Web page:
Procedure for configuration of Kerberos authentication in a ProxySG or Advanced Secure Gateway (ASG) environment.
Configuring Kerberos on a Proxy
Pre-Setup : Setting up the Windows environment
In order to function properly in Microsoft Windows environments, Kerberos requires certain conditions to be met on both the client and the Domain Controller. Therefore, before configuring any Blue Coat elements in the network, ensure that the following Windows components are in order:
1. Setup a valid Active Directory (AD) environment. All clients must be part of this AD domain in order to use Kerberos. If the client is not part of the domain, the only option is to use constrained Kerberos delegation. See
Configuring Kerberos Constrained Delegation (KCD).
2. The ProxySG appliance must have a valid DNS "A record" entry (a CNAM will not work). In this example scenario, we will create a DNS "A record" for the ProxySG, mapping the Hostname/FQDN to the IP address:
In this example, the Hostname "proxysg" and FQDN of "proxysg.davidv.local" maps to the IP address of 10.91.25.10.
Use the NSLOOKUP tool to check that the clients use this DNS server and then ping both the Hostname and FQDN of the Proxy looking for the properly resolved IP address.
There are two ways to Get Authentication working on the ProxySG; Direct Join the ProxySG (recommended) or Use Legacy BCAAA
Setting up Direct Join with ProxySG (Recommended)
Set the Primary DNS server on the ProxySG as the AD domain DNS Server
Configuration > Network > DNS
Set NTP on the ProxySG to be the same time as the AD Domain
Configuration > General > Clock
Go to Configuration > Authentication > Windows Domain > Enter the Hostname of the ProxySG resolvable in DNS
Go to Configuration > Authentication > Windows Domain > Click Add New Domain
Create Name for the Domain Alias
Go to Configuration Tab > Authentication > Windows Domain > Click on Named Domain Alias > Click Join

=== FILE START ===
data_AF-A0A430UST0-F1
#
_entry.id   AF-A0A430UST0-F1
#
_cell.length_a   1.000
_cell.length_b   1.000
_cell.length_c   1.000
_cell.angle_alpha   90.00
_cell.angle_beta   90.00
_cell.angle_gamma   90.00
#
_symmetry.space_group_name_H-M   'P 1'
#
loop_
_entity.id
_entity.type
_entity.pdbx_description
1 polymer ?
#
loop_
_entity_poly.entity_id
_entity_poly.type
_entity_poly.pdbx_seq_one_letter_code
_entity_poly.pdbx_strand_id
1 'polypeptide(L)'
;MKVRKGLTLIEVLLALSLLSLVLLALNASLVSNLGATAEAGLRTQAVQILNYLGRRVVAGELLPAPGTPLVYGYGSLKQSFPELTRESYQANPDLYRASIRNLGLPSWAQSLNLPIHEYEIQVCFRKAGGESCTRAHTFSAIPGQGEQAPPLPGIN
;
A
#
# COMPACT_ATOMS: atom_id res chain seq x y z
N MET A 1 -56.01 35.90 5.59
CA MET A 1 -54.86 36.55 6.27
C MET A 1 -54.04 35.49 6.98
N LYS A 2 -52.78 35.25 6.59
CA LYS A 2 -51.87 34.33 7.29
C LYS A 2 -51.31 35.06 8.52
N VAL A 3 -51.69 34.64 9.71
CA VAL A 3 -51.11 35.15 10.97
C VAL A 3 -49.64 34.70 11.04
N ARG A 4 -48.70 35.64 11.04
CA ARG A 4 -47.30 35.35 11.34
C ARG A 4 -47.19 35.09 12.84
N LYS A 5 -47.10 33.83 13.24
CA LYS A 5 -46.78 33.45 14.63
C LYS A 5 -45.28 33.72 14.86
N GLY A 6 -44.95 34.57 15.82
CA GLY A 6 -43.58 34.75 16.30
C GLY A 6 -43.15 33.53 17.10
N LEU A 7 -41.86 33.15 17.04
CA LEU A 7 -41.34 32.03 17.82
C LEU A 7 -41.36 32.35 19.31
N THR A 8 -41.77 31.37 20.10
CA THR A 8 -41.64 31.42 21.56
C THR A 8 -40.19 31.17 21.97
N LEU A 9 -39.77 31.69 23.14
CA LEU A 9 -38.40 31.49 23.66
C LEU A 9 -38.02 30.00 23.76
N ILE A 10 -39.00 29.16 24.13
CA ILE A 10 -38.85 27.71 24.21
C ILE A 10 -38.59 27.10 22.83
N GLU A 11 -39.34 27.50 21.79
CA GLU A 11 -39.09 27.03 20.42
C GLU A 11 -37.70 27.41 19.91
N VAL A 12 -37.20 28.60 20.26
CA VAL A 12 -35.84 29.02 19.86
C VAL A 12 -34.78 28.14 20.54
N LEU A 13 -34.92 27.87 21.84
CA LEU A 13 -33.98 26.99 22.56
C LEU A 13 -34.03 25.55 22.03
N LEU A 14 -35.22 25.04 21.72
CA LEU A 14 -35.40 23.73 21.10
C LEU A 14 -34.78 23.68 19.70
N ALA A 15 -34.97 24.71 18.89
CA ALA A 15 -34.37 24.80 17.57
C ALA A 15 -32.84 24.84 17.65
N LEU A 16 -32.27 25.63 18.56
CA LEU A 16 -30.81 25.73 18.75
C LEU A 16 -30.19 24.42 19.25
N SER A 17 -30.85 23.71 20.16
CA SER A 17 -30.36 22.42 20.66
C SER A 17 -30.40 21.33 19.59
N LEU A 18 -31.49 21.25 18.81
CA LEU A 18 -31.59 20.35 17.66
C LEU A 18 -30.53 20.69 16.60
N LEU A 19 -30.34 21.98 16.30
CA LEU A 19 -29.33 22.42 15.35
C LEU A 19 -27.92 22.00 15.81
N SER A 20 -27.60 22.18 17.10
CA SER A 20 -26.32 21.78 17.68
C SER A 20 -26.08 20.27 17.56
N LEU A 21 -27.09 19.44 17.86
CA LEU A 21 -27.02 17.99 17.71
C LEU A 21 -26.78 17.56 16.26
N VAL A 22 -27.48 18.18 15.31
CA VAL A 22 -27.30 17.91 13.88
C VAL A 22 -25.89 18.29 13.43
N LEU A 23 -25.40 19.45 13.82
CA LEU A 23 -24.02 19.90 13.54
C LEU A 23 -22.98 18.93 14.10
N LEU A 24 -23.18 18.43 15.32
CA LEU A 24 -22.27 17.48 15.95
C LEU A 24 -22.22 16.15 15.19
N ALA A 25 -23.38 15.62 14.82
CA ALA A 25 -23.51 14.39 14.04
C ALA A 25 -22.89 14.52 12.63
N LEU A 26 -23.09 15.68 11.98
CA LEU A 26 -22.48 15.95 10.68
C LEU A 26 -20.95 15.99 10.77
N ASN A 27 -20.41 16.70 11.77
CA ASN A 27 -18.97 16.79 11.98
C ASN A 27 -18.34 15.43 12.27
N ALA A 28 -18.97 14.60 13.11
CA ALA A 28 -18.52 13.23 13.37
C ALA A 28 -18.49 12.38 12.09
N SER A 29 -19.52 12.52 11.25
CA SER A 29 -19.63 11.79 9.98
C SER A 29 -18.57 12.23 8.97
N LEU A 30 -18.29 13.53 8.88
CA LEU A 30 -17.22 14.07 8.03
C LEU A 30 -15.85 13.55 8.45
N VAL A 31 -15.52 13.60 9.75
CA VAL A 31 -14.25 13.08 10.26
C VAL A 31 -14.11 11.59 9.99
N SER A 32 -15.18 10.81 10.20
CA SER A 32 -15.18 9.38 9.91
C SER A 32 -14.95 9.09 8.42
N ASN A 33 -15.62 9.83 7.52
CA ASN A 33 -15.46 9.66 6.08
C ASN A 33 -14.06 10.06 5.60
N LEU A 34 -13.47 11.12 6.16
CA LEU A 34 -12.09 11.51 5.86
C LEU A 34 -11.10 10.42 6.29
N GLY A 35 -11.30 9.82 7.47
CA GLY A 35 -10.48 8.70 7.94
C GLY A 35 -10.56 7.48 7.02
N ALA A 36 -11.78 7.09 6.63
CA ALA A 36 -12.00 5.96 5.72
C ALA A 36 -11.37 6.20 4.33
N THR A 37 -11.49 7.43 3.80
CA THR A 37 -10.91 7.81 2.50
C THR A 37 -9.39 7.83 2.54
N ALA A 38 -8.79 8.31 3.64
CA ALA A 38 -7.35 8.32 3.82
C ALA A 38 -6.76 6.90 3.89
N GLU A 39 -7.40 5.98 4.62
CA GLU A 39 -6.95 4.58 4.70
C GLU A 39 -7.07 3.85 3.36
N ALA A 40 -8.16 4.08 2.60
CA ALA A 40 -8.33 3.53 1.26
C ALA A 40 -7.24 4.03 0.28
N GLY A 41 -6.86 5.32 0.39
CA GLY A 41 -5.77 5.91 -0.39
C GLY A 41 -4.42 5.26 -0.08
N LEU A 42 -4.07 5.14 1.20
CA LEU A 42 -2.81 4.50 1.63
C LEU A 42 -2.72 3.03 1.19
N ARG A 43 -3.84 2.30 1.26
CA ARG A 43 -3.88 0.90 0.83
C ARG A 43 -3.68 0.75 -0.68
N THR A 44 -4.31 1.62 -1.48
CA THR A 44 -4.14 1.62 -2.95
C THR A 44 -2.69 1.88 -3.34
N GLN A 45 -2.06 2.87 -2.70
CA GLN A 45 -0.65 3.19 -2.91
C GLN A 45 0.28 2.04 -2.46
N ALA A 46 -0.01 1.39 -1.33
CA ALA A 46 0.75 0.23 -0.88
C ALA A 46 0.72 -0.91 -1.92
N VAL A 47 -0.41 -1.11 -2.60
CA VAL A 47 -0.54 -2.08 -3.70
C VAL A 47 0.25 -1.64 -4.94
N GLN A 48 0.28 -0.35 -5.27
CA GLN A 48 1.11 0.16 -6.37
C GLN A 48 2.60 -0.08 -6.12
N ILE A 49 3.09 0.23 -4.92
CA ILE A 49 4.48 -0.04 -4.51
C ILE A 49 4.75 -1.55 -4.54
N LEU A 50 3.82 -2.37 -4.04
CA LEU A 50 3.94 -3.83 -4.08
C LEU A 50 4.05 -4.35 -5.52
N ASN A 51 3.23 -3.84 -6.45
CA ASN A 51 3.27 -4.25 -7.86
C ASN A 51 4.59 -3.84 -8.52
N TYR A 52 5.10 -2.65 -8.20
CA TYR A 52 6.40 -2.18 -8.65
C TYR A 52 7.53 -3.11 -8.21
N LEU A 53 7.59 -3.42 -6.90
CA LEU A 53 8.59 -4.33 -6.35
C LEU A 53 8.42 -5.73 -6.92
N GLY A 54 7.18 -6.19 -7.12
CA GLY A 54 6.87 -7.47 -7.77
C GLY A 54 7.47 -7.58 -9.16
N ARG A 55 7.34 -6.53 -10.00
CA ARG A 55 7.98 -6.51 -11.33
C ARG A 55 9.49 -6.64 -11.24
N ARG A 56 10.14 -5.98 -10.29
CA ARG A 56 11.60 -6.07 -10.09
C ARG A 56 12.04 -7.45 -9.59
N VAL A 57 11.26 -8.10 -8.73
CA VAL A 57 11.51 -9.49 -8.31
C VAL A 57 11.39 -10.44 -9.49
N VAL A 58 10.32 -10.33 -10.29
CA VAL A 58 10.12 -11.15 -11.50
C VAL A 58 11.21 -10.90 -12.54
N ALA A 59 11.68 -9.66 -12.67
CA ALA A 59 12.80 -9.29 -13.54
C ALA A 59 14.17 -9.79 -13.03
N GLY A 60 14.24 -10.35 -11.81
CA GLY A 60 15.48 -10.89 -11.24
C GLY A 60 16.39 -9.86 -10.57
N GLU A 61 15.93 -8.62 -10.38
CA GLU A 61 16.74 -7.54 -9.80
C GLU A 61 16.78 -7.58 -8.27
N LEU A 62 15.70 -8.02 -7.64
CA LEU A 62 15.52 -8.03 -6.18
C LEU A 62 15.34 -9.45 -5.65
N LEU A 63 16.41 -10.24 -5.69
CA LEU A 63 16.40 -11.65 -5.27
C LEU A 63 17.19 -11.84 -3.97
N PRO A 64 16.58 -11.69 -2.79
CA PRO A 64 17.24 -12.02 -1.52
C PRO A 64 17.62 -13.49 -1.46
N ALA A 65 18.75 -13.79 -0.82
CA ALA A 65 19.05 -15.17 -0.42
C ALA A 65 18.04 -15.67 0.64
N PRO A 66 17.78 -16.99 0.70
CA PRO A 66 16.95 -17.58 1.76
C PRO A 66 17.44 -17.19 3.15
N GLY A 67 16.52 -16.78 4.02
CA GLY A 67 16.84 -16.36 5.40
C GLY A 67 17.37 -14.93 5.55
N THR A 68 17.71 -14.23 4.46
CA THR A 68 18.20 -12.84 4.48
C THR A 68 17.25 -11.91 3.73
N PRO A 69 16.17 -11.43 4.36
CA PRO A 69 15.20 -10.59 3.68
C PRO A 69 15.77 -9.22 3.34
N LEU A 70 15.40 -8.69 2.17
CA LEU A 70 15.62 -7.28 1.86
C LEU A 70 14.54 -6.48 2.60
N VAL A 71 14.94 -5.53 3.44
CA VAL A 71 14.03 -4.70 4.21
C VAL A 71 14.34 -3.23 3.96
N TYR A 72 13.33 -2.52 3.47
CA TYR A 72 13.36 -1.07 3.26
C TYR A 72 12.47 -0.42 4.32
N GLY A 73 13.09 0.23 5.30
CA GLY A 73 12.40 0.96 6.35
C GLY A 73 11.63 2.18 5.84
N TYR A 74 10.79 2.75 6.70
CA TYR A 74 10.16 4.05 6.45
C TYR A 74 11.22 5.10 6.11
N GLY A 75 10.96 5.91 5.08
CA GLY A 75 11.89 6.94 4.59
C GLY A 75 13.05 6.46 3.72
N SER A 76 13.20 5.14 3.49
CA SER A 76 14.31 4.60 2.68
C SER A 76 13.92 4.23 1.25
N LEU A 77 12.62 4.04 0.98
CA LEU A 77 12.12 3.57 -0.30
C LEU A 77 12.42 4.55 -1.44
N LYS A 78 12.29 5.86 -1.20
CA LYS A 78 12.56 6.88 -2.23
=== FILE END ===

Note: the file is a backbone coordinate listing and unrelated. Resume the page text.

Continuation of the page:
Enter in the DNS server to query
Enter Username and Password for service account with Admin Privileges
Note: If any issue, please refer to the references below:
Create credentials for a Domain User that BCAAA will use. In this example we create a new user "BCAAA user" in the AD domain.
During the user creation process, untick "User must change password" option.
Open the group policy object editor: Computer configuration > Windows Settings > Security Settings > Local Policies > User Rights Assignment > Act as part of the operating system. Add the BCAAA user here.
Open the group policy object editor: Computer configuration > Windows Settings > Security Settings > Local Policies > User Rights Assignment > Log on as a service. Add the BCAAA user here.
Refresh the Group Policy Object by executing the command "gpupdate" on the command line
Download and install the version of the BCAAA executable that is provided with the version of SGOS that is on the Proxy. These both can be found in the MySymantec website (Note: Symantec credentials required).
During the setup of the BCAA installation, it is acceptable to use the BCAAA setup defaults.
Open "services.msc", and locate the BCAAA service. Edit the service's properties and ensure that under the "Log On" tab, the BCAA domain user is set. Restart the service:
Set up an IWA realm on the proxySG appliance. This is done under "Configuration > Authentication > IWA". Enter the correct IP of the BCAAA server, and ensure that "Allow Kerberos credentials" is ticked:
Set up a Web Authentication layer with the action being "Authentication using Proxy / ProxyIP" using the IWA realm: